Napoli in a nutshell

Napoli. Just getting there was fun. I boarded the Frecciarossa fast train from Rome — business class was an absolute luxury. I am tempted to travel exclusively in this manner every chance I get. Having my own seat, ample leg room and a window to the world around me is worth the additional cost alone. As the train departed and steadily picked up pace, it was barely noticeable that we were even moving. Settling into the journey ahead, I quickly became enamoured with the countryside on offer, the busy Roman vistas I had become accustomed to were soon replaced by lush, rolling hills and sheep-grazing farmland. At one point I noticed our speed at 289kph and marvelled at how effortless it seemed. We were in Napoli in a little over an hour. Australia, fast trains — seriously, why aren’t we doing this already?

Although Napoli was the second stop on this journey, it was actually my second-last destination confirmed. It was a toss up between Napoli or Genoa on which city would fulfil my desire to see the Italian coastline, but the ‘Scavi Di Pompei’ won out in the end. Having been educated through the Roman Catholic school system, the story of Pompei was one of those topics continually revisited throughout my studies. It is hard not to be captivated by the eruption of a volcano completely obliterating an entire township. The nature of how that disaster unfolded almost two thousand years ago means Pompei remained perfectly preserved until it was rediscovered centuries later — a genuine snapshot in time.

After the comfort of the Frecchiarossa I was quickly brought down to earth with the noise and relative discomfort of the inner-city trains. Their speed was a factor too — it took just as long to traverse the journey to Pompei from Napoli (25km) as it did to reach Napoli from Rome (280km). Pompei was abound in tourist activity upon my arrival early in the afternoon. Travel guides and operators virtually mug you the moment you disembark and it can be disorienting even finding the site if you’re not switched on from the outset. Once inside though, it was apparent that Pompei’s ruins are grand in scale. It’s somewhat startling that this site was only discovered a few hundred years ago, well over a millennium and a half after the eruption of Vesuvius destroyed it and surrounding villages. Furthermore, the coastline was a lot closer to the ancient site, another example of how much of an effect this volcano has had on the topographic landscape.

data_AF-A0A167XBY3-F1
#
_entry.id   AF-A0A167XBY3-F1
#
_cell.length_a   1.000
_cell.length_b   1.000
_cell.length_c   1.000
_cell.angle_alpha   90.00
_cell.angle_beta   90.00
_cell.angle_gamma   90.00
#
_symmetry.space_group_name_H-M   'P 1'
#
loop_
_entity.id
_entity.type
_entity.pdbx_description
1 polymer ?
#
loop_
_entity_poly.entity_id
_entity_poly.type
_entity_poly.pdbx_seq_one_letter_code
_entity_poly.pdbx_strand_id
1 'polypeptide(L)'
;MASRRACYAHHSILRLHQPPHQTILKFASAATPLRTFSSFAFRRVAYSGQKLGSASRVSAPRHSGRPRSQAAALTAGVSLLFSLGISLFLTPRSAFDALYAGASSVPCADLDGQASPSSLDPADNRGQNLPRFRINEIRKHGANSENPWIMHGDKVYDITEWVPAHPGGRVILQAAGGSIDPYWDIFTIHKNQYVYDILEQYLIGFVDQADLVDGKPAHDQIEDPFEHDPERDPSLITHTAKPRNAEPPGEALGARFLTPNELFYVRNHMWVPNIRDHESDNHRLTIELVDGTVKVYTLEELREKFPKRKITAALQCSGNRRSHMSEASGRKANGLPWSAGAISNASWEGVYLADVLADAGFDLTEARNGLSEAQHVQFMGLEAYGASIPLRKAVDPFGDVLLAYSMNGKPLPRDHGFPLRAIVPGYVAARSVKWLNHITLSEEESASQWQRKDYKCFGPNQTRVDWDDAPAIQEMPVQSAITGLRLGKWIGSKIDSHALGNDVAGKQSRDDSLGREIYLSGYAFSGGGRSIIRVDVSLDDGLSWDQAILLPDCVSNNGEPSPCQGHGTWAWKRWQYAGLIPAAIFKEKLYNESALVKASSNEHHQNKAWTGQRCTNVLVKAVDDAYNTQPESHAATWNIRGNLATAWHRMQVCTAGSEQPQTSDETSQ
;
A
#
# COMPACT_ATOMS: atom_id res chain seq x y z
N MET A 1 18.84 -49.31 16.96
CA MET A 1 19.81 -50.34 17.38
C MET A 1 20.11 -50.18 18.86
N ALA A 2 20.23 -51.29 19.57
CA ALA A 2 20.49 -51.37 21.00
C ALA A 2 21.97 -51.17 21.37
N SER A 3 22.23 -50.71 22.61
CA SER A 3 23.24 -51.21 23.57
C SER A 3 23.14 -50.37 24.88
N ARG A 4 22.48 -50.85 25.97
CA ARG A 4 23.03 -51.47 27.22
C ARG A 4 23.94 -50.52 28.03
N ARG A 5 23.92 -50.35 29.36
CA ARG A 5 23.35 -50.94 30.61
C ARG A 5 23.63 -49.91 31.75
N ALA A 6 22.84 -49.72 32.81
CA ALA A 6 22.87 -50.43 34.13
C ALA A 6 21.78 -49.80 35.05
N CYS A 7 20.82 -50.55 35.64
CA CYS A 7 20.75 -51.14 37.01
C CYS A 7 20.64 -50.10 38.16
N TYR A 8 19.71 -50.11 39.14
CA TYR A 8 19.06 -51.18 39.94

Everywhere you turn, Vesuvius presents an ominous backdrop and as vivid as your imagination may be, it is hard to conjure what it must have been like for these villagers when the eruption took place. If the heat of the initial blast didn’t kill them at first then the rain of tephra certainly would have. Imagine being buried alive by upwards of 25 metres of volcanic ash? It’s crazy to think that people lived here knowing the inherent danger, even crazier to think they still do.

So what of Napoli itself? It’s a pretty loud and boisterous city (shouting is a way of life) and difficult to navigate at the best of times — the undulating and winding streets largely paved with bluestone and narrow sidewalks. Indeed, the decision to walk the 3km to my apartment was in no way logical in hindsight, particularly with a backpack to negotiate (needless to say, I caught a taxi upon my departure today). My third-floor apartment was located in a quiet cul-de-sac and I awoke to a view of Vesuvius every morning. The weather was perfect throughout my stay too, although thick clouds enveloped the coastline with a sense of purpose on the day I chose to visit the island haven of Capri.